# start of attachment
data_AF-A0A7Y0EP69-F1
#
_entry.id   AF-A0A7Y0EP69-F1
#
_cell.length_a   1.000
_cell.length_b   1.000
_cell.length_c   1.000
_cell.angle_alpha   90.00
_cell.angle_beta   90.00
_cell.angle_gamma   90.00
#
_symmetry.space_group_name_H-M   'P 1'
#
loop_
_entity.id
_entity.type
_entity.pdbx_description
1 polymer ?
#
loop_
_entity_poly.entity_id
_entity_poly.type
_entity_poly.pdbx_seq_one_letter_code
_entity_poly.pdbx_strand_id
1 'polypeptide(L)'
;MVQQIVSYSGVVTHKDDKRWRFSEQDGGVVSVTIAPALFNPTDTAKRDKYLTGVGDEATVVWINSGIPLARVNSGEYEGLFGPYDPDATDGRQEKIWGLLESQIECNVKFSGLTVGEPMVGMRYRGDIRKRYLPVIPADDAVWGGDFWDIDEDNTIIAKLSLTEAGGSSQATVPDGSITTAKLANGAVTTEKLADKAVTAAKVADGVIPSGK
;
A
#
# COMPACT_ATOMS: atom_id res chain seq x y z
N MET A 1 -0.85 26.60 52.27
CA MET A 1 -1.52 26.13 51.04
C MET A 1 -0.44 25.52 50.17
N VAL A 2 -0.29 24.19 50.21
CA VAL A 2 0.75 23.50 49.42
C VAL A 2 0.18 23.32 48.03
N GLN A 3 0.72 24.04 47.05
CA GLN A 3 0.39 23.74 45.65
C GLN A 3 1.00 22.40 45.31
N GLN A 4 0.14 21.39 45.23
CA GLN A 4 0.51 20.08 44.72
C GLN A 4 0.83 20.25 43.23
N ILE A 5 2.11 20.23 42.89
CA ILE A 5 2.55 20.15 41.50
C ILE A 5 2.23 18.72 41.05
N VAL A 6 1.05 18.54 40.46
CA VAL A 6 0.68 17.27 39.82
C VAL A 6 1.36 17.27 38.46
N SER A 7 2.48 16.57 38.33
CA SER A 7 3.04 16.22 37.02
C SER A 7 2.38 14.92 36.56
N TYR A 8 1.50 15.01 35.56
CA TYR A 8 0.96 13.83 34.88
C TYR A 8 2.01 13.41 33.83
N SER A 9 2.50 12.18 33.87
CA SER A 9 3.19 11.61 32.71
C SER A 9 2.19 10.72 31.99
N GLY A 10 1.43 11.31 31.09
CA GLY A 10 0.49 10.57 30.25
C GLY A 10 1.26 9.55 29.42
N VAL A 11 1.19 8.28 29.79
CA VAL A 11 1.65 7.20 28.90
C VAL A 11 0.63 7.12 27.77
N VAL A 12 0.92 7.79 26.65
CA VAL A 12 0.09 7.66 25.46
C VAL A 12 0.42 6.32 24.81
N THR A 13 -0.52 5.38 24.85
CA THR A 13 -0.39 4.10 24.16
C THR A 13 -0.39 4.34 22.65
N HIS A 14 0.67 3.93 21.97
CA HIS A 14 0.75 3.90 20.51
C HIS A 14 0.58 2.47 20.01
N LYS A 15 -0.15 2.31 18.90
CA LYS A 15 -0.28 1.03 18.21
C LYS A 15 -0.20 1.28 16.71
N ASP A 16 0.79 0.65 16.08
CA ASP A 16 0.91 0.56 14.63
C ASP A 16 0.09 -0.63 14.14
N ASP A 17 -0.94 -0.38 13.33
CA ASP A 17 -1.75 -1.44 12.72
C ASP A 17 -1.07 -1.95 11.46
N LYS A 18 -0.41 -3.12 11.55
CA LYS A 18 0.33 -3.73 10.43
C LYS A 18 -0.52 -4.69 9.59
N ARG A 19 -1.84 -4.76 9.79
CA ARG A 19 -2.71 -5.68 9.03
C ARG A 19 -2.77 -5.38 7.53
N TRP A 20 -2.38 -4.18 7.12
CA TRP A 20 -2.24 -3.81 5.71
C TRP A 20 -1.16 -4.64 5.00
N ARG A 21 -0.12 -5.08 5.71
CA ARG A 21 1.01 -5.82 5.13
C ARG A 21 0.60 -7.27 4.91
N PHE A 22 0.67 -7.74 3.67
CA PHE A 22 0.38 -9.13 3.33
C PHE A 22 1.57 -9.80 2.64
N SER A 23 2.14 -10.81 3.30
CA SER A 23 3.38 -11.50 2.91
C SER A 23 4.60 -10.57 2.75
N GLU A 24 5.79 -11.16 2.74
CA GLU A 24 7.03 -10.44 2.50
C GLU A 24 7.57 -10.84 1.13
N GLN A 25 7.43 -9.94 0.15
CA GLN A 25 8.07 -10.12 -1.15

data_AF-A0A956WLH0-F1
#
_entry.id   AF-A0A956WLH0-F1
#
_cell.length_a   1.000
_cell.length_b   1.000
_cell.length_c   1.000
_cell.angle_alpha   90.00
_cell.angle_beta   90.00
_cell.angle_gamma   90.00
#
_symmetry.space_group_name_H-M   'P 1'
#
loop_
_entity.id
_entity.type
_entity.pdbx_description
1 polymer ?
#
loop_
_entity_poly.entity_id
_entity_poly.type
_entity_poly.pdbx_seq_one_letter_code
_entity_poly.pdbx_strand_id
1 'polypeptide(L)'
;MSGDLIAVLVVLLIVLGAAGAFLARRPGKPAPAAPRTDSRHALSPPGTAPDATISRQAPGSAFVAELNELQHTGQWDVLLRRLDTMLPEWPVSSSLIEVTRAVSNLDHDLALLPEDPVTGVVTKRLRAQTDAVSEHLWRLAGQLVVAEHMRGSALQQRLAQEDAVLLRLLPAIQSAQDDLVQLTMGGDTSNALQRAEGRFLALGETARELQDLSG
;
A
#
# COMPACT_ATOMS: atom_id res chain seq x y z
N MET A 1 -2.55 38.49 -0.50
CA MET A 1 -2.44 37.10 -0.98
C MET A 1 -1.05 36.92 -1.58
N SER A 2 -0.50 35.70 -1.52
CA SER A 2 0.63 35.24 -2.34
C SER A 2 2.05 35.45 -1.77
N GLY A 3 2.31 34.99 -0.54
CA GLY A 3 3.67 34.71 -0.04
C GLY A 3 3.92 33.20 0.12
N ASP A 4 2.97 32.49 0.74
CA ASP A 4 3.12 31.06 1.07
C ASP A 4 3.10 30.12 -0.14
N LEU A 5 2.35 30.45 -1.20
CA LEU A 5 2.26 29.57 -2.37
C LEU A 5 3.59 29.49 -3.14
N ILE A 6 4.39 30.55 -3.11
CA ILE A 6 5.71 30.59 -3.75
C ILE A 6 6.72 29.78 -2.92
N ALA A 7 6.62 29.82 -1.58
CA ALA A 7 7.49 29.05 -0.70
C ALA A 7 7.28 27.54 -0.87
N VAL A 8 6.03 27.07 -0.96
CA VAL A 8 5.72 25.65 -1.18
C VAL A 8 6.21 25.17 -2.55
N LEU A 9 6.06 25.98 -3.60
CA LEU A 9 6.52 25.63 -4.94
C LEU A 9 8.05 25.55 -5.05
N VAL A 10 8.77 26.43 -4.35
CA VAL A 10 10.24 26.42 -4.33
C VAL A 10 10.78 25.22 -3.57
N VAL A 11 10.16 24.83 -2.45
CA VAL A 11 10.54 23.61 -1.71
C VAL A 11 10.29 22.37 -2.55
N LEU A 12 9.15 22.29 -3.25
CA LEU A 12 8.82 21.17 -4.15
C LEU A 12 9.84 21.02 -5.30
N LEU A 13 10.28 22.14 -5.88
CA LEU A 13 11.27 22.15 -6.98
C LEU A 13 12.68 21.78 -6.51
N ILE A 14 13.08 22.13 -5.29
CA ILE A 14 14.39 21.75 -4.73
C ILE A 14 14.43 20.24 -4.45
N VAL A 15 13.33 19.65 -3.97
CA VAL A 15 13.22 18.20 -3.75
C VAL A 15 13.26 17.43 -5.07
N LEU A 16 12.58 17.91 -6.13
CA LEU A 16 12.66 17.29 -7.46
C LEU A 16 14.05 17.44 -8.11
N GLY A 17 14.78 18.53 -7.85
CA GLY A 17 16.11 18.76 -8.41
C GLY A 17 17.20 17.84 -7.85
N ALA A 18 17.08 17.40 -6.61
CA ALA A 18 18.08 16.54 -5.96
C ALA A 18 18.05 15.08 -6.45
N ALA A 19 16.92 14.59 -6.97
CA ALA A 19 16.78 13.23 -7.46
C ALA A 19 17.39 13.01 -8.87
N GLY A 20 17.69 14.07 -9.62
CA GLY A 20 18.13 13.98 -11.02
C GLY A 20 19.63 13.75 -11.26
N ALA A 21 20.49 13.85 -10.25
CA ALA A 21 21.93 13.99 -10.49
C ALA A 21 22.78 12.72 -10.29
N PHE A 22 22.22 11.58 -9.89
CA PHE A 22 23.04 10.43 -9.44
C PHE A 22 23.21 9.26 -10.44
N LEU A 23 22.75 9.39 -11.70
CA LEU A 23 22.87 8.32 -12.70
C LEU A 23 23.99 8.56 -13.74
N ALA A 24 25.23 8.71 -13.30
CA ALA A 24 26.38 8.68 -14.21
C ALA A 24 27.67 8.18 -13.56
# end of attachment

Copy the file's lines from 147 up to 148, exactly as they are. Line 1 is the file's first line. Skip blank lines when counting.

N LEU A 5 2.35 30.45 -1.20
CA LEU A 5 2.26 29.57 -2.37